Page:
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The Black Knight Satellite

Donate An object claimed to be 13,000-year-old alien satellite orbiting the Earth is just a piece of an old space shuttle.  

by Brian Dunning

Filed under Aliens & UFOs, Urban Legends

Skeptoid Podcast #365
June 4, 2013
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The Black Knight Satellite

Stories say it's up there in the blackness right now, just outside the Earth's glow. It tumbles slowly and deliberately through the darkness, sweeping smoothly along its unrelenting orbit. The Earth spins below, largely unaware of its unauthorized parasitic visitor. It is the Black Knight satellite, a mysterious object cirling the Earth, of unknown (and possibly alien) origin — the story says it's up there right now, and has been for 13,000 years.

Like so many stories of weird phenomena, the Black Knight satellite legend starts with Nicola Tesla. It's said that he picked up a repeating radio signal in 1899, that he believed was coming from space, and said so publicly at a conference. In the 1920s, amateur HAM radio operators were able to receive this same signal. Next, scientists in Oslo, Norway experimenting with short wave transmissions into space in 1928, began picking up Long Delay Echoes (LDEs), a not fully understood phenomenon in which they received echoes several seconds after transmission. The apparent explanation finally came in 1954 when newspapers (including the St. Louis Post Dispatch and the San Francisco Examiner) reported an announcement from the US Air Force that two satellites were found to be orbiting the Earth, at a time when no nation yet had the ability to launch them. It appeared that Black Knight had been detected by multiple lines of evidence, and was confirmed by the US Air Force.

By 1960, both the United States and the Soviet Union had hardware in orbit. But on February 11, 1960, newspapers everywhere reported some alarming news: that somebody else also had something in orbit. A radar screen, designed by the US Navy to detect enemy spy satellites, had picked something up. It was described as a dark, tumbling object. It wasn't ours, and it wasn't the Soviets' either.

The next day, newspapers reported a bit more information. The mysterious object was orbiting at about 79 degrees off from the equator, not the 90 degrees of a proper polar orbit. Its orbit was also highly eccentric, with an apogee of 1,728 km but a perigee of only 216 km. The object made a complete orbit every 104.5 minutes.

At the time, the Navy was tracking one known casing from an old Discoverer launch, a half shell a bit less than 6 meters long. Discoverer VIII had launched on November 20, 1959, a stepping stone toward launching a man into space and then recovering him in a parachuting capsule. The launch went as planned, but its mission to eject its 136 kg capsule didn't go so well. The capsule's casings came off as planned, but the capsule itself went astray into an orbit somewhat similar to that of the mystery object, and was eventually declared lost. The Navy tracked one of the casings, which was then orbiting every 103 minutes at 80 degrees, with an apogee of 950 km and a perigee of 187 km. Black Knight's object was similar, but not exactly the same.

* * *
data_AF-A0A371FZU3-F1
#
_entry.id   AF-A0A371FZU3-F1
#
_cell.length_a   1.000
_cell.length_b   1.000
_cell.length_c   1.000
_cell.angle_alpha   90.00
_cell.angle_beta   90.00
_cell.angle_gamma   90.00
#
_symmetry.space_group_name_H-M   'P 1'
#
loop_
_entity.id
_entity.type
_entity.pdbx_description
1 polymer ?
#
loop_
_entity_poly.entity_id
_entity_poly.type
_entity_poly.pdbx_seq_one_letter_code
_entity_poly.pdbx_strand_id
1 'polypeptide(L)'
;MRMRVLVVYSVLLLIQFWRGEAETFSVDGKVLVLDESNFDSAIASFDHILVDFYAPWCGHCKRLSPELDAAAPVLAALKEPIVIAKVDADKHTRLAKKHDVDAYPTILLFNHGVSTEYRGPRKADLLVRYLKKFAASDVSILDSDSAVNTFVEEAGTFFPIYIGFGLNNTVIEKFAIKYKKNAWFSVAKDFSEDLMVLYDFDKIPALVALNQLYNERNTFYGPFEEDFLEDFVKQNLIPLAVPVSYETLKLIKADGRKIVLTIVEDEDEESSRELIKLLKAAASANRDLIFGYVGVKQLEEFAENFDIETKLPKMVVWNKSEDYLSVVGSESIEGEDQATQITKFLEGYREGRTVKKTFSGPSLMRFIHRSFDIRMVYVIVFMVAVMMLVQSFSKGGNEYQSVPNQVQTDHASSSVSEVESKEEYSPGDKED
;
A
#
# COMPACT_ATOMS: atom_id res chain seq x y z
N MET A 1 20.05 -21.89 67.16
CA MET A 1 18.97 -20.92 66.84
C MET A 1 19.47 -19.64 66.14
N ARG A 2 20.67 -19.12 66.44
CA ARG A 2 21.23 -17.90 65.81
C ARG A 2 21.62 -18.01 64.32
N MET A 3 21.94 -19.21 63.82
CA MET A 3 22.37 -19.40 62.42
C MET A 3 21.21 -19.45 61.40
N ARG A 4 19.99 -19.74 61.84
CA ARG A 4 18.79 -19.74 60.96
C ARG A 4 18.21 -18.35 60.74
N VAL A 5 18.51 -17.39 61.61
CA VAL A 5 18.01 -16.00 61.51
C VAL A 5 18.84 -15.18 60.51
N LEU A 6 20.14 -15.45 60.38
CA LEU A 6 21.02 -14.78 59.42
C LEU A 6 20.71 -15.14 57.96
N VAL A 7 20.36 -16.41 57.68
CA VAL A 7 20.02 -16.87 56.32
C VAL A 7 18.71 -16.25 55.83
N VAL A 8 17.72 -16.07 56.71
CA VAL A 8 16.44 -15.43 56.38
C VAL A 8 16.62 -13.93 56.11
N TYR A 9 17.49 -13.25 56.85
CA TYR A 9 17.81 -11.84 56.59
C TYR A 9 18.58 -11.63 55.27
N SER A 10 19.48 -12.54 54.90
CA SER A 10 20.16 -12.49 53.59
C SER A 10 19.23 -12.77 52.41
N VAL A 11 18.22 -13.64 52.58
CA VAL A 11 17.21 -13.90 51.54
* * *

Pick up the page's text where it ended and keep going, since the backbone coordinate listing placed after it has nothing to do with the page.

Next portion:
And then, in 1963, astronaut Gordon Cooper reported seeing a greenish UFO during his 15th orbit on board Mercury 9. It was witnessed on the radar screens by approximately 100 people at NASA's Muchea Tracking Station near Perth, Australia. An official explanation given later was that Cooper's electronics malfunctioned, and he breathed in too much CO2 which gave him hallucinations. Black Knight's reality seemed to be undeniable.

In 1973, Scottish researcher Duncan Lunan wanted to know for certain. He went back to the Norwegian scientists' LDE data and analyzed it. Lunan discovered that it was a star chart pointing the way to Epsilon Boötis, a double star in the constellation of Boötes. Whatever Black Knight was, it appeared to be transmitting an invitation from the people of Epsilon Boötis, an invitation that was 12,600 years old, according to Lunan's analysis.

The final piece of proof came in 1998, when the space shuttle Endeavor made its first flight to the International Space Station on flight STS-88. Astronauts aboard Endeavor took many photographs of a strange object, which were widely available to the public on the NASA website. But soon the photographs all disappeared. They reappeared some time later, with new URLs, and with various descriptions explaining them all away as pieces of debris or space junk. The photographs were of high quality and unmistakably showed some type of craft. Since then we've known just about all there is to know about Black Knight. We know what it looks like, where it came from, when it came, its purpose as an ambassador, and it's been endorsed by so many reliable witnesses in the space program.